B2B And Contactless Drive Visa Earnings

Cross-border results slowed, and various currencies were headwinds to at least some international results, but spending on cards continued as Visa posted earnings that topped — and revenues that met — fiscal Q2 expectations. CEO Alfred Kelly pointed toward long-term opportunities in Europe, India and B2B markets.

In posting earnings results for its fiscal second quarter, which ended in March, Visa showed continued growth in card use across both debit and credit, though slowing from previous periods. Management pointed toward traction in B2B offerings and contactless payments.

In terms of headline numbers, the $1.31 in adjusted earnings per share outpaced the $1.24 that analysts had expected. Total top line was $5.5 billion, which was on par with forecasts, and up 8 percent year over year.

Stripping out the impacts of currency volatility, the company said that payments volume was up 8 percent year over year to just under $2.1 trillion. Drilling down into those metrics, credit was $1.1 trillion, up 7 percent in constant currency, and outpaced by debit growth at 10 percent. Overall transactions were up 9 percent, and processed transactions were up 11 percent to 32.5 billion.

Supplemental materials provided by the company, in tandem with the earnings release, showed that total cards were up 3 percent to 3.3 billion. Credit and debit card growth both logged 3 percent to respective 1.1 billion and 2.2 billion tallies.

Net revenues grew 8 percent, while client incentives at 1.5 billion made up 21.2 percent of revenues. Management has guided that line item to be between 22 percent to 23 percent of gross revenues.

On the conference call with analysts, CEO Alfred Kelly and CFO Vasant M. Prabhu said the slowdown in cross-border — which had been in the high-single digits in previous quarters — was in line with expectations. They stated that cross-border activity showed the impact of currency fluctuations, where a number of currencies, such as the euro and Argentinian peso, weakened against the dollar.

Yet, within certain markets, said Kelly, activity remains robust. Growth, as measured in constant dollars, was on the order of 22 percent for Europe, the Middle East and Africa (EMEA), 14 percent within Latin America and as much as 10 percent for Asia, with the exception of China.

Indeed, the earnings supplementals from Visa also showed that international markets outpaced the U.S., which gained around 7.9 percent for the quarter. To get a bit more granular: Growth in constant dollars for Visa credit was up 6.8 percent, led by international showings of 7.2 percent growth. Similarly, debit growth in constant dollars was up 10 percent, outpaced slightly by international at 10.3 percent.

Kelly said Europe is showing “good momentum,” and noted that Visa has a concentration in markets such as the U.K., but added that there are 12 other markets across the continent that collectively account for a payments volume of about $200 billion. In India, Visa continues to gain share, and now has 4 million acceptance points in that country. The Reserve Bank of India has also approved tokenization, and pilot programs are in place for installment payment offerings.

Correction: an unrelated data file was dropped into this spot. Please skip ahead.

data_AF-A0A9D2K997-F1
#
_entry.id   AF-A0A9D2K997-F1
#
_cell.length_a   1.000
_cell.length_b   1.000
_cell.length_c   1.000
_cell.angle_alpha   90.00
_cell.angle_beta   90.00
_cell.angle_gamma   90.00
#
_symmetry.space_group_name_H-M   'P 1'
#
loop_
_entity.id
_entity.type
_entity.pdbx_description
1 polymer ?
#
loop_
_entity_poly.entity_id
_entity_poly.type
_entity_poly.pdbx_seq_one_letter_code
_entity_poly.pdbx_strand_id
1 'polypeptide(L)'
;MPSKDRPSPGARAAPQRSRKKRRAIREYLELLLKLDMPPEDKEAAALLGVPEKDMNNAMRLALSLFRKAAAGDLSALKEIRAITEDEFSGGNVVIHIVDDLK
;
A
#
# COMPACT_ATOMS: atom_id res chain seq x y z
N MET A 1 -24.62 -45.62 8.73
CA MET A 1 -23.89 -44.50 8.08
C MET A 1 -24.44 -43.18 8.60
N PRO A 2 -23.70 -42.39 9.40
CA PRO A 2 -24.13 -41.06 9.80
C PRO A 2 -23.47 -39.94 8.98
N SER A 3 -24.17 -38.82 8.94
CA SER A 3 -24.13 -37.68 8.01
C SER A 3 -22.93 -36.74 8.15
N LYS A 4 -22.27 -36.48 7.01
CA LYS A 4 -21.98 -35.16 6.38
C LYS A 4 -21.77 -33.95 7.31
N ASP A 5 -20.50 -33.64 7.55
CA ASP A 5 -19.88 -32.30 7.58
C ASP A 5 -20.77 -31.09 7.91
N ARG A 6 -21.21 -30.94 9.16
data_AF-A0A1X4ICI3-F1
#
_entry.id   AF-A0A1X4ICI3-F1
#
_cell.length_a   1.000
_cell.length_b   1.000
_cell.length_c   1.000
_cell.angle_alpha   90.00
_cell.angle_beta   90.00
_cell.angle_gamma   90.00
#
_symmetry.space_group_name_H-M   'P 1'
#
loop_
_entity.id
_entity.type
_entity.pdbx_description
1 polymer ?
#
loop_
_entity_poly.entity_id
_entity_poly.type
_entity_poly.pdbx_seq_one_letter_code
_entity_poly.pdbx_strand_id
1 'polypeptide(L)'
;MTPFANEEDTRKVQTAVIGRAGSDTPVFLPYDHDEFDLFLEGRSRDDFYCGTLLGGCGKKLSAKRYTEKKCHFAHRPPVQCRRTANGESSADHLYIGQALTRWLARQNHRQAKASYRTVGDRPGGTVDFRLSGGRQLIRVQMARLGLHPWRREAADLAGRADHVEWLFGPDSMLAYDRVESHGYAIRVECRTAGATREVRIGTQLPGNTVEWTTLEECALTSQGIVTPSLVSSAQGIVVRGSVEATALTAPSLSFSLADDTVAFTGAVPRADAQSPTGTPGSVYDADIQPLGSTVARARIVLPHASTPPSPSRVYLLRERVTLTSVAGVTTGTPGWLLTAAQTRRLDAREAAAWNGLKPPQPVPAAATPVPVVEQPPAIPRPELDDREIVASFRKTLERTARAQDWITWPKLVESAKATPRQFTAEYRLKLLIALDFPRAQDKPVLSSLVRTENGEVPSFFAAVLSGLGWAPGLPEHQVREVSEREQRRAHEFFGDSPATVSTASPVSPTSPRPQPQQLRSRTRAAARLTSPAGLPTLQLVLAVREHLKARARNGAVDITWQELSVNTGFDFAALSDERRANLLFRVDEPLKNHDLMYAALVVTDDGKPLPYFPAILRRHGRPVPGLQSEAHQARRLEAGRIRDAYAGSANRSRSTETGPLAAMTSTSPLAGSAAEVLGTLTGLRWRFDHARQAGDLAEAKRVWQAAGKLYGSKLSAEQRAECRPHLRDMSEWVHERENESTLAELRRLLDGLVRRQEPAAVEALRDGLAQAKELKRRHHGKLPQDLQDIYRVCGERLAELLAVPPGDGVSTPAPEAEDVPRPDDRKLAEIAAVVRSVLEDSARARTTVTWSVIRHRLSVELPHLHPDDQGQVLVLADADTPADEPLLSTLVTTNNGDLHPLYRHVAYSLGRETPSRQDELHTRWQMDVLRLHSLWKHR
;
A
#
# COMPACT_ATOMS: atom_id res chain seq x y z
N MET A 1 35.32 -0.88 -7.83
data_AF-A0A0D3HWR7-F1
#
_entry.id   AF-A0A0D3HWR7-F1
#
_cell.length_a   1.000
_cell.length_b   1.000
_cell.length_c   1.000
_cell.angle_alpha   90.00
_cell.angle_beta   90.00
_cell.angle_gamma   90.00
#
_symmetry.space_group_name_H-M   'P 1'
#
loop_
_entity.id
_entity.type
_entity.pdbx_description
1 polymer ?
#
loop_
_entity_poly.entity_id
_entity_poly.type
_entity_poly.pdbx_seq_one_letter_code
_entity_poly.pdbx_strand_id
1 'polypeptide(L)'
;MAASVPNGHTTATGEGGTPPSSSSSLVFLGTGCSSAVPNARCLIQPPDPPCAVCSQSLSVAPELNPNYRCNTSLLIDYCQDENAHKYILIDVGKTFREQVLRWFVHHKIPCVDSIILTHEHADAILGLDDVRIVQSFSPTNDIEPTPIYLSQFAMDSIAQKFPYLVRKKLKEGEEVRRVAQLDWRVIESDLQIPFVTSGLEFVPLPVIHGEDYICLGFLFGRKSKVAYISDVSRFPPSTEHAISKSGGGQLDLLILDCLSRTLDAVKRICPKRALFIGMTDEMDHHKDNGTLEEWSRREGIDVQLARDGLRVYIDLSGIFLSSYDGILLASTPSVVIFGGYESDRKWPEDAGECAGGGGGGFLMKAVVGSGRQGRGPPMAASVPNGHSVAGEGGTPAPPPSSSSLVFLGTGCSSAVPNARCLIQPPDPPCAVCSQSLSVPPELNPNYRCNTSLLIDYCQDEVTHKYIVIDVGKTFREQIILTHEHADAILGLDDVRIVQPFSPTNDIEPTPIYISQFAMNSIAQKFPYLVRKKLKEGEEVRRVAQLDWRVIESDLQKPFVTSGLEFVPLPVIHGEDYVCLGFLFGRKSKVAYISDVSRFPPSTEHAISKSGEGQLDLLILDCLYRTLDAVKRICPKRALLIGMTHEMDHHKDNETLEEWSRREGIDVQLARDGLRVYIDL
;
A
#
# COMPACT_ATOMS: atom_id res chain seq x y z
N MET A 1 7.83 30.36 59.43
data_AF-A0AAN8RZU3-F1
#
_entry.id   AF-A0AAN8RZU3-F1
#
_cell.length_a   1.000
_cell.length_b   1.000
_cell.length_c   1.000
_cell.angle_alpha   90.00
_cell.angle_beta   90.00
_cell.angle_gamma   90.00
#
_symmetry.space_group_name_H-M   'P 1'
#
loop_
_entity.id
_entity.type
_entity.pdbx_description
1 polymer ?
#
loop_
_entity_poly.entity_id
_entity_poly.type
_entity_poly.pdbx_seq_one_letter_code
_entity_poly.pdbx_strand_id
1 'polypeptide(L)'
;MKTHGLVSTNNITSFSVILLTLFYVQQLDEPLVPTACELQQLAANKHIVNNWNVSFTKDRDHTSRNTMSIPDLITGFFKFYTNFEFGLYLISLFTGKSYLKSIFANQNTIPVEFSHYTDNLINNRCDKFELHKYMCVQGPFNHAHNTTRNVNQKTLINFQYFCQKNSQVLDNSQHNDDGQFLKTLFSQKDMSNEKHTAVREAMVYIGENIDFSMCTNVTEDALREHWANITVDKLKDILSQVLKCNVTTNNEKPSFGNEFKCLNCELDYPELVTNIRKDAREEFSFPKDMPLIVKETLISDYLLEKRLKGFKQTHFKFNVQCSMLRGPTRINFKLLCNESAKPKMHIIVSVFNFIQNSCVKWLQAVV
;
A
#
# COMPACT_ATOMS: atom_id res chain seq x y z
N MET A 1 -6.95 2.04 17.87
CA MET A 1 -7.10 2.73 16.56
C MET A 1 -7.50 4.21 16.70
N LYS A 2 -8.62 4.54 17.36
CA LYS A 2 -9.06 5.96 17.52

Speaking more generally about tokenization, Kelly said that method of replacing and safeguarding sensitive data now covers more than 100 of Visa’s markets, representing about 90 percent of its payments volume. In addition, authorization rates and conversion rates for transactions both improved.

Cross-Border Slowdown

Cross-border volume (tied to transactions where the issuing country is different from the merchant country) was a particular area of focus for this quarter’s earnings results, and among management and analysts’ observations. Cross-border volume was up 4 percent, though, excluding the impact of an eCommerce-related platform reorientation (which shifted acquiring within Europe from cross-border to domestic classifications), that number came to 6 percent. The impact to revenue was minimal, said management.

Kelly also said that cross-border payments represent an attractive market for Visa, with an overall estimated market size of between $6 trillion and $7 trillion. In one example of recent initiatives in that arena, he noted Visa’s announcement last month of a partnership with Remitly, through which money can be sent to Visa debit cards, utilizing the Visa Direct push payment service.

He added that B2B represents a significant opportunity for the payments giant, through virtual cards and B2B Connect, the distributed ledger technology (DLT)-underpinned initiative that seeks to give banks speed and transparency to process cross-border corporate payments. That service is on track to debut in the coming weeks, said management.

Noting continued growth in contactless payments, Kelly said that “tap to pay” outside the U.S. has been seeing a wide embrace. He noted that about 48 percent of transactions done face to face are done through contactless means, and that as many as 50 countries have seen 10 percent or greater growth in this option as measured year over year.



Banks, corporates and even regulators now recognize the imperative to modernize — not just digitize —the infrastructures and workflows that move money and data between businesses domestically and cross-border.

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